(Photo above, Courtesy of Benjamin Edwards)
Identifying and leveraging individual skills is one of the keys to a successful working partnership between great companies and talented employees with intellectual disabilities (I/DD). When putting those skills to work, customized employment is a proven strategy that more and more employers are integrating into their work place, and with good reason. Customized employment can take many different forms, and each is designed to help businesses of all types and sizes get things done in a way that makes the most of each employee’s strengths.
Also known as job carving, customized employment helps employers build flexibility into the creation and assignment of various jobs, which increases business productivity and employee engagement. This can be done in a number of ways with just a little thought and creativity. For example, an employee might have more responsibilities than he or she can effectively manage on a day to day basis. This is a common issue, especially in smaller companies where employees tend to wear a lot of different hats. With customized employment, some of those responsibilities can be reassigned, taking the burden off one employee and helping another to excel. Another scenario is that a specific job description may include a few tasks where the assigned employee is not completely proficient. Perhaps it’s an office support person who is great on the phones and greeting people in person but finds that filing paperwork and taking inventory of office supplies are not strong suits. Those tasks can be shifted to another employee who has competency in those areas, giving both employees the opportunity to play to their strengths and find satisfaction in their work.
Another way to consider using customized employment is through job creation, which often comes into play when employers need to boost their workforce, either seasonally or in order to take on and complete a particular project. Jo-Al with the U.S. Forest Service is a local employee who has benefited from job creation. During the height of fire season, Jo-Al is on the job at the Northwest Fire Cache in Redmond. He works several hours a week during this busy time of year, managing inventory, performing quality checks, and packing kits to keep firefighters on the front line safe, effective and prepared. Jo-Al uses his attention to detail to play a critical role as part of a larger team that is focused on providing support to those on the lines of local, regional and national fire incidents. Job creation can also resolve an issue most employers have in common — those nagging, ongoing tasks that need to get done but continually fall through the cracks. Whether it’s shredding documents or re-shelving inventory, creating a position that specifically tackles those needs can streamline efficiencies and provide rewarding, satisfying work for individuals who are eager to put their time and talents to good use.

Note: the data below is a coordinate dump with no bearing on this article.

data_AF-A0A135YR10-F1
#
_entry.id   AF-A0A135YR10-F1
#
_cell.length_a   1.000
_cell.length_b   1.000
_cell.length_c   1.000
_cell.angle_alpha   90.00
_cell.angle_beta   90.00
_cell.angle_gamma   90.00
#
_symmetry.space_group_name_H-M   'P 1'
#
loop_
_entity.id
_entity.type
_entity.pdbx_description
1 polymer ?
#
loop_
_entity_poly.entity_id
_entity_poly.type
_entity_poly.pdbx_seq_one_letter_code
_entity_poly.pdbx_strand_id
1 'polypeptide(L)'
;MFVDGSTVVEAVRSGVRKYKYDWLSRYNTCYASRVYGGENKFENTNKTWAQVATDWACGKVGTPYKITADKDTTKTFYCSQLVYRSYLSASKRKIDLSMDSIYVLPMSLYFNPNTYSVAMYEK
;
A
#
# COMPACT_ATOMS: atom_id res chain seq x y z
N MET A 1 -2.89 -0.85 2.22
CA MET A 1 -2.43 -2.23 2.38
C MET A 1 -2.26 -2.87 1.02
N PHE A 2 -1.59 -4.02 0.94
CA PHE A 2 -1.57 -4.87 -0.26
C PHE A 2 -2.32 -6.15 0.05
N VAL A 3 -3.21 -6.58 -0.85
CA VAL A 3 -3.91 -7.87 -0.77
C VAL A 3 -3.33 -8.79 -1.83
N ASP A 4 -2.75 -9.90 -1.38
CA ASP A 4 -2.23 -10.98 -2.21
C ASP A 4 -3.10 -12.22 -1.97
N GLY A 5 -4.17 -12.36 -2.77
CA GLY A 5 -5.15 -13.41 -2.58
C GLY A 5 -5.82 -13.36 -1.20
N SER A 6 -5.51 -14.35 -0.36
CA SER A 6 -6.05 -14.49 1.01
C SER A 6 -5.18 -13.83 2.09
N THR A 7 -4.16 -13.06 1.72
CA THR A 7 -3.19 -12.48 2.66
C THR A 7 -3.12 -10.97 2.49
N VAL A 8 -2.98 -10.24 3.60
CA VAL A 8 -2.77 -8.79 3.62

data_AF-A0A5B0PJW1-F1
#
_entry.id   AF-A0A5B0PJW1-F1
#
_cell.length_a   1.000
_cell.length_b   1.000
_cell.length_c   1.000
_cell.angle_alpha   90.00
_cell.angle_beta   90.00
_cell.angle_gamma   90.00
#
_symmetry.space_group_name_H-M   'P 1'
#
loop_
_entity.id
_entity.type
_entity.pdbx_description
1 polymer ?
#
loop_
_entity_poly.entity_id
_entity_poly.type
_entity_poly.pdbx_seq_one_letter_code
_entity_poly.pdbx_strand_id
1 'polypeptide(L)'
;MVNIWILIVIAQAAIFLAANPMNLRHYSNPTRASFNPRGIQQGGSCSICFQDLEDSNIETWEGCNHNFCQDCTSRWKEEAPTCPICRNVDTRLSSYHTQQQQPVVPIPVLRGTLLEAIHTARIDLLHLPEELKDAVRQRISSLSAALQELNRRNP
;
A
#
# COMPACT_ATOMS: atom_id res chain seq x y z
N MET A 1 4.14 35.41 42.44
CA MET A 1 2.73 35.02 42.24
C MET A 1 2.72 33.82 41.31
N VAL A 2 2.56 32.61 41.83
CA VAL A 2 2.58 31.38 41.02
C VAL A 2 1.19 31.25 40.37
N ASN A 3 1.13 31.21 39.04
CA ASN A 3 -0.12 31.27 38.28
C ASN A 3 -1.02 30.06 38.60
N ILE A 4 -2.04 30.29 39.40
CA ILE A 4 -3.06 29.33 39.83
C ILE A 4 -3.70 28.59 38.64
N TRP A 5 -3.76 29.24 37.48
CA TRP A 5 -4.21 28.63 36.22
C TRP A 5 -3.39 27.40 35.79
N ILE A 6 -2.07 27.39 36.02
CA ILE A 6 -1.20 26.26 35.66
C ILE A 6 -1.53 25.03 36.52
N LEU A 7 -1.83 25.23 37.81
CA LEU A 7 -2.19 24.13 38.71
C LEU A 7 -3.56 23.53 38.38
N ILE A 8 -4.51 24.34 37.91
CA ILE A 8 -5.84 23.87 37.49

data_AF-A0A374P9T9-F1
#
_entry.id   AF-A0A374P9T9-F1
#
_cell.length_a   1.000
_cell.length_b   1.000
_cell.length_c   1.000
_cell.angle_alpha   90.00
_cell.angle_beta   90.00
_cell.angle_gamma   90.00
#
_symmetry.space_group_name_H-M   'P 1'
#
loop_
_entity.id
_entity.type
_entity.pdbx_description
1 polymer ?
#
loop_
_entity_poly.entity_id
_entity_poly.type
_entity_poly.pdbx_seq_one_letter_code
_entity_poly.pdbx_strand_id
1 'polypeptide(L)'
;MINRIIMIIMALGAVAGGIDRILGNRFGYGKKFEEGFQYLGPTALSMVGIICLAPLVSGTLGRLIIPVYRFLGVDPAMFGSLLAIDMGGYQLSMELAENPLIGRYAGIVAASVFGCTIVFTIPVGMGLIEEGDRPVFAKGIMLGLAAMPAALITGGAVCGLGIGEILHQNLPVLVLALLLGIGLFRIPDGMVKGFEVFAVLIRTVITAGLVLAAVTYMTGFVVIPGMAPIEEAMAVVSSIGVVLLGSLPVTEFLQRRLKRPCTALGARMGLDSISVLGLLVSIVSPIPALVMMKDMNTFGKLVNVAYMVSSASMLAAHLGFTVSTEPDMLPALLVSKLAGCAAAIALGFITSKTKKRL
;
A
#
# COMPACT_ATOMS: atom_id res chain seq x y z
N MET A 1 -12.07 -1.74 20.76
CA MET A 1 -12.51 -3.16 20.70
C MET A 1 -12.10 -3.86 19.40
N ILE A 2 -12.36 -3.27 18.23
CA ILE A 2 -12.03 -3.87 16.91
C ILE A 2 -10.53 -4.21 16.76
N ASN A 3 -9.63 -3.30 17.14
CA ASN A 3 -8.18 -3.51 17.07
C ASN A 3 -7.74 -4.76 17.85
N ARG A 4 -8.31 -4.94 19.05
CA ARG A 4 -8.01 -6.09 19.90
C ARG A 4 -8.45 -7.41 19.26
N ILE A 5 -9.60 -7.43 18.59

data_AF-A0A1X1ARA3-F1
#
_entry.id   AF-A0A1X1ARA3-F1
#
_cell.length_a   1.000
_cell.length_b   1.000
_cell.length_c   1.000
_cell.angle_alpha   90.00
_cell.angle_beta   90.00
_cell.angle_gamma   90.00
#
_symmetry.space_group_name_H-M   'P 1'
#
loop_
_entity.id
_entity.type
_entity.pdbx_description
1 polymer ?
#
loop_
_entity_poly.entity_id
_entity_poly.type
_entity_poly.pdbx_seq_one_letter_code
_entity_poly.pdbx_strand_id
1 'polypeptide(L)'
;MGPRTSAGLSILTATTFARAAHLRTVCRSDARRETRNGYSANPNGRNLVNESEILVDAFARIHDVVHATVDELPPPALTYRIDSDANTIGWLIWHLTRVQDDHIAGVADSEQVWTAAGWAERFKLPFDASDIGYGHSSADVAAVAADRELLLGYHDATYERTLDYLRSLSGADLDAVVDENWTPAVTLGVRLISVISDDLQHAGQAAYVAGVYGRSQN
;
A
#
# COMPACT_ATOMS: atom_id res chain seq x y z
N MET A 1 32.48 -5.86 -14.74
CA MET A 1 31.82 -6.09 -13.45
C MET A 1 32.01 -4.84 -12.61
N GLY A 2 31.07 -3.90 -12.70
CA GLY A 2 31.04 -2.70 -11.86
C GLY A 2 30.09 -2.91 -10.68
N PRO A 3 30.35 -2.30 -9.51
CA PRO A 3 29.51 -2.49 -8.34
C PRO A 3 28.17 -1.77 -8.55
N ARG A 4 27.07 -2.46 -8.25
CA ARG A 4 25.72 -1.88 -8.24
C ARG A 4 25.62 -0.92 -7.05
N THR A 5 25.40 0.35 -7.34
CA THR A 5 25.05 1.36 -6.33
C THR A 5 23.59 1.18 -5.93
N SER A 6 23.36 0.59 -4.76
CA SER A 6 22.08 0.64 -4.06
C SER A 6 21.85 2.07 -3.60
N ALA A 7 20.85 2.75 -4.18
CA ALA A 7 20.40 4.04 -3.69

Job sharing is a third form of customized employment and it has taken on a new definition. Instead of having two part time workers share all the tasks of a full-time position, the responsibilities of that single position are divided among two or more employees, each taking on the tasks that best match their skills. Job sharing in this definition can be a real win for employers because they have people in place who are perfectly suited for each element of the job. There are usually cost savings associated with job sharing because the employees are working part time, so employers are not paying for overtime wages or benefits. Job sharing is also a win for employees because the arrangement usually comes with flexible schedules, which means they have time to pursue other interests.
Customized employment can be applied to a wide range of situations, but it is not about creating irrelevant positions or finding menial, short term tasks. Rather, it is a proven strategy that helps companies meet demands, improve work flow, scale their needs accordingly, and boost employee morale by leveraging each person’s strengths. It is also an effective way to integrate employees with I/DD into the work place because it allows them to focus their talents on the task at hand so they can earn a sustainable income and contribute to the success of the company in a meaningful way.
For more information about the role customized employment can play in supporting your diverse workforce, visit www.employmentfirstcentraloregon.org. You’ll find a list of local agencies who can help you hire excellent candidates for your next job vacancy.